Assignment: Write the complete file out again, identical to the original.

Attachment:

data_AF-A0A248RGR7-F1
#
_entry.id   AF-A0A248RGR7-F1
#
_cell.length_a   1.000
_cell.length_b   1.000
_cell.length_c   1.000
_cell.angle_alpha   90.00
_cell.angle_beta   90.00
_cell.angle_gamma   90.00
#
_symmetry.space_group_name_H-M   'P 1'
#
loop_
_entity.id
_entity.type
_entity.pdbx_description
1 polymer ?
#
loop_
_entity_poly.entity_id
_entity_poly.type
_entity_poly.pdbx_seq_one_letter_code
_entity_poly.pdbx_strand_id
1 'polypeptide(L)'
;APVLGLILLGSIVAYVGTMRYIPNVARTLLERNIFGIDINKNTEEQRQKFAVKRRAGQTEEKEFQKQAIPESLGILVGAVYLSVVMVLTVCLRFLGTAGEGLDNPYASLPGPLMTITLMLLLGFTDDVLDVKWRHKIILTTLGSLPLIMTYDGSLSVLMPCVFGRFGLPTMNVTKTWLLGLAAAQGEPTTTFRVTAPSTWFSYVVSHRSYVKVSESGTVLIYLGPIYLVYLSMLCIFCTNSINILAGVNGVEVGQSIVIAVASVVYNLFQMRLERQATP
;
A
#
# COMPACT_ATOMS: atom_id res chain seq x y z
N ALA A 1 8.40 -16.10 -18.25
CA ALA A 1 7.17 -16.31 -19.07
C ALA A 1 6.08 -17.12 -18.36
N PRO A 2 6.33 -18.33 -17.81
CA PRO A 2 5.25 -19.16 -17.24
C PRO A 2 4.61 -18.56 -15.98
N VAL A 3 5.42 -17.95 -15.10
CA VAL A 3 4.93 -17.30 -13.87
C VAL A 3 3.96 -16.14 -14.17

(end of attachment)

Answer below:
data_AF-A0A248RGR7-F1
#
_entry.id   AF-A0A248RGR7-F1
#
_cell.length_a   1.000
_cell.length_b   1.000
_cell.length_c   1.000
_cell.angle_alpha   90.00
_cell.angle_beta   90.00
_cell.angle_gamma   90.00
#
_symmetry.space_group_name_H-M   'P 1'
#
loop_
_entity.id
_entity.type
_entity.pdbx_description
1 polymer ?
#
loop_
_entity_poly.entity_id
_entity_poly.type
_entity_poly.pdbx_seq_one_letter_code
_entity_poly.pdbx_strand_id
1 'polypeptide(L)'
;APVLGLILLGSIVAYVGTMRYIPNVARTLLERNIFGIDINKNTEEQRQKFAVKRRAGQTEEKEFQKQAIPESLGILVGAVYLSVVMVLTVCLRFLGTAGEGLDNPYASLPGPLMTITLMLLLGFTDDVLDVKWRHKIILTTLGSLPLIMTYDGSLSVLMPCVFGRFGLPTMNVTKTWLLGLAAAQGEPTTTFRVTAPSTWFSYVVSHRSYVKVSESGTVLIYLGPIYLVYLSMLCIFCTNSINILAGVNGVEVGQSIVIAVASVVYNLFQMRLERQATP
;
A
#
# COMPACT_ATOMS: atom_id res chain seq x y z
N ALA A 1 8.40 -16.10 -18.25
CA ALA A 1 7.17 -16.31 -19.07
C ALA A 1 6.08 -17.12 -18.36
N PRO A 2 6.33 -18.33 -17.81
CA PRO A 2 5.25 -19.16 -17.24
C PRO A 2 4.61 -18.56 -15.98
N VAL A 3 5.42 -17.95 -15.10
CA VAL A 3 4.93 -17.30 -13.87
C VAL A 3 3.96 -16.14 -14.17